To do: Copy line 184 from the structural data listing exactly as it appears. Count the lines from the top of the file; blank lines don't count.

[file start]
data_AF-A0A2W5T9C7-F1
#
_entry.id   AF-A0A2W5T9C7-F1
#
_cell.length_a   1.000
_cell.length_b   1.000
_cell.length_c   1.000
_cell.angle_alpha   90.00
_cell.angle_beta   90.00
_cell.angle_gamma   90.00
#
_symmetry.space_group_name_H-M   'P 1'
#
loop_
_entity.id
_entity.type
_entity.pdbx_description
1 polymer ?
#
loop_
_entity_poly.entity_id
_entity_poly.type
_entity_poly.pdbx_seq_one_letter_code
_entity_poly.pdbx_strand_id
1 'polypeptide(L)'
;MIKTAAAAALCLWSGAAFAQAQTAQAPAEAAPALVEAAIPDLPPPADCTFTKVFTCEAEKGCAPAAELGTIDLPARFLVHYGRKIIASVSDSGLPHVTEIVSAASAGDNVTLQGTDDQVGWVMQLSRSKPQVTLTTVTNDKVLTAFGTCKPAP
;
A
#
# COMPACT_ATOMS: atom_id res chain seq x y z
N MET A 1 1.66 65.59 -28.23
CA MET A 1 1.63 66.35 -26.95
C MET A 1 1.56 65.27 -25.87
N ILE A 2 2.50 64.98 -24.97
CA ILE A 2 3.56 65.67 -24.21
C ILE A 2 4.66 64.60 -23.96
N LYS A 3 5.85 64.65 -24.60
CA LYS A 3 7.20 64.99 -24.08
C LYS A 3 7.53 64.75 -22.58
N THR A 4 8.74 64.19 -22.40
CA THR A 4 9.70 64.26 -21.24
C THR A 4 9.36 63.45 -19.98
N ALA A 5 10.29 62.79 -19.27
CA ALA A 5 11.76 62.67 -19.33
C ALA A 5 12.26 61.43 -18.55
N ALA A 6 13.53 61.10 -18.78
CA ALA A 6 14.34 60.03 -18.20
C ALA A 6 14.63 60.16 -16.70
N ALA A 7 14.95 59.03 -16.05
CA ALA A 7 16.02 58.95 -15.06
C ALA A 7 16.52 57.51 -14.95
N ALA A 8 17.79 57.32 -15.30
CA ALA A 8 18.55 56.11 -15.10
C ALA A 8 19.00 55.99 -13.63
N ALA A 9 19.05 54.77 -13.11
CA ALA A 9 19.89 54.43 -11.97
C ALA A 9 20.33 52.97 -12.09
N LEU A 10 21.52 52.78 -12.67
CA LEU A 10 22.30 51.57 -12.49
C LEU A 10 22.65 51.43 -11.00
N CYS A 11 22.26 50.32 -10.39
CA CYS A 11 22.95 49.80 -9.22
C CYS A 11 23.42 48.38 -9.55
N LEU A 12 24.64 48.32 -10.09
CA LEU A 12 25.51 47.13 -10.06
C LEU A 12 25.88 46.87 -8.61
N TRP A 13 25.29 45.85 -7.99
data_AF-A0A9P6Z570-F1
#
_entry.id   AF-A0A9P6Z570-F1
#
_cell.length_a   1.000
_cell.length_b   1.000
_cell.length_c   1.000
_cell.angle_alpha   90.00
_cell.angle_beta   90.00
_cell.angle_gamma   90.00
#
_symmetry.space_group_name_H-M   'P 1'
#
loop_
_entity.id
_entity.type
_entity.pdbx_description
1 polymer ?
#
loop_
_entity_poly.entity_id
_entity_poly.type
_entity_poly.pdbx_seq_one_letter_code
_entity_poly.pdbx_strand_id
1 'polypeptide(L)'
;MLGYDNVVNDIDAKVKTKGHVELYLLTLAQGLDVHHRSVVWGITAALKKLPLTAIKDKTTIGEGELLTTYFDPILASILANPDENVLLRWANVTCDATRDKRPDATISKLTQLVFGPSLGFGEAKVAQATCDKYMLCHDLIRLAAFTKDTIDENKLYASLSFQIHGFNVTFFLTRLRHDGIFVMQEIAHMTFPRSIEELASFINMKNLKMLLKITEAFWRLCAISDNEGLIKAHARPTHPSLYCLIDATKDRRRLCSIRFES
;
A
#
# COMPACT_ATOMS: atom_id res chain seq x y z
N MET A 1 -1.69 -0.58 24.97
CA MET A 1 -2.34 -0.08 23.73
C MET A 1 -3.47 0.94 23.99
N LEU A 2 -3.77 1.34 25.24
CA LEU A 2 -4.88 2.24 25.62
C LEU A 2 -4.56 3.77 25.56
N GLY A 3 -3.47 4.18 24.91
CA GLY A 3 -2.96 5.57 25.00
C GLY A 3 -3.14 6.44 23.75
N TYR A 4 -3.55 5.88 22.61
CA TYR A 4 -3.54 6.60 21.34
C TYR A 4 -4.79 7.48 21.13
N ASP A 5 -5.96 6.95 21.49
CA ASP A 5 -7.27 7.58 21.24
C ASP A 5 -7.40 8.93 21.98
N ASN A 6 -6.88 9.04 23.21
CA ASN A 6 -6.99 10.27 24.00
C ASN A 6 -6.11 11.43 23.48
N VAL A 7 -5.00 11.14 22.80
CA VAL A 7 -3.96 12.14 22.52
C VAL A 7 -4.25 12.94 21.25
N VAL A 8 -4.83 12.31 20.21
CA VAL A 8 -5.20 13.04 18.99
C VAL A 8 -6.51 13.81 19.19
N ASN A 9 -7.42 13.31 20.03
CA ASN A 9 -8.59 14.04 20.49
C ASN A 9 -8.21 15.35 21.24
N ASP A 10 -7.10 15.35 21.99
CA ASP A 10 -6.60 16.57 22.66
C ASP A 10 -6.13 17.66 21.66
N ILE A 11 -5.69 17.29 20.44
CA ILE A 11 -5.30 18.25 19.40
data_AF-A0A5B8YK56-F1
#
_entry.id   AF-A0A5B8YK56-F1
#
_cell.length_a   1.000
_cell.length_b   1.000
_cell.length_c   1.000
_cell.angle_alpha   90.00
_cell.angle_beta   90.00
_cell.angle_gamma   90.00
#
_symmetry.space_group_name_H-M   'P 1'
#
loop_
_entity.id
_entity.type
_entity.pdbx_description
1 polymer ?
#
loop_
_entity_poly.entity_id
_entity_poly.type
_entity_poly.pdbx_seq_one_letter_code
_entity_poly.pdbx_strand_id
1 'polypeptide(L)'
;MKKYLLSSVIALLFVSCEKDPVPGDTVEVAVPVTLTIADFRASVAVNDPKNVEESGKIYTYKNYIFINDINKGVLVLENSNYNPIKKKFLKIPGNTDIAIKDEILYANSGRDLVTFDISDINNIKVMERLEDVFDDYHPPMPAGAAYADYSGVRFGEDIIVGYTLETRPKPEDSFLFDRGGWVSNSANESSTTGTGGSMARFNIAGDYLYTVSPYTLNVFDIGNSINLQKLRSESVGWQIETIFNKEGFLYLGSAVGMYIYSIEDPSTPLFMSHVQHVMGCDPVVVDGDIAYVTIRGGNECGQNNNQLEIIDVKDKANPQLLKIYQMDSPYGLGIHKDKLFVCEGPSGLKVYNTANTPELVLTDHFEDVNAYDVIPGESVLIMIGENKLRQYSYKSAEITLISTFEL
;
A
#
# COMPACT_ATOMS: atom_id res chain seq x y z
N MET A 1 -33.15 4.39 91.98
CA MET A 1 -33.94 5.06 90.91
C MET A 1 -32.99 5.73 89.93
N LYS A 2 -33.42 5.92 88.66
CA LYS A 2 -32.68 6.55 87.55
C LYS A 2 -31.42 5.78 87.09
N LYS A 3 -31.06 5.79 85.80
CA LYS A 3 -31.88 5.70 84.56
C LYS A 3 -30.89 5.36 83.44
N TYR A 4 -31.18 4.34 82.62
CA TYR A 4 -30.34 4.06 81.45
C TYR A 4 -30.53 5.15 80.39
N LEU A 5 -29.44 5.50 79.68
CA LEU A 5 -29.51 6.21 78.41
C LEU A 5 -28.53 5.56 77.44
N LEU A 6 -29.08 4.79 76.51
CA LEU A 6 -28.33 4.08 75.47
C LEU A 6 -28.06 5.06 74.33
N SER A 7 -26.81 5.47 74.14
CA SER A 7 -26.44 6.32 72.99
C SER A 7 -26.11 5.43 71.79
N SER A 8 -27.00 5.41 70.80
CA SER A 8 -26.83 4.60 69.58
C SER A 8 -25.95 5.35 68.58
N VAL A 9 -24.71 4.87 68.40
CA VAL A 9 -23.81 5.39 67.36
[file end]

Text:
N VAL A 9 -24.71 4.87 68.40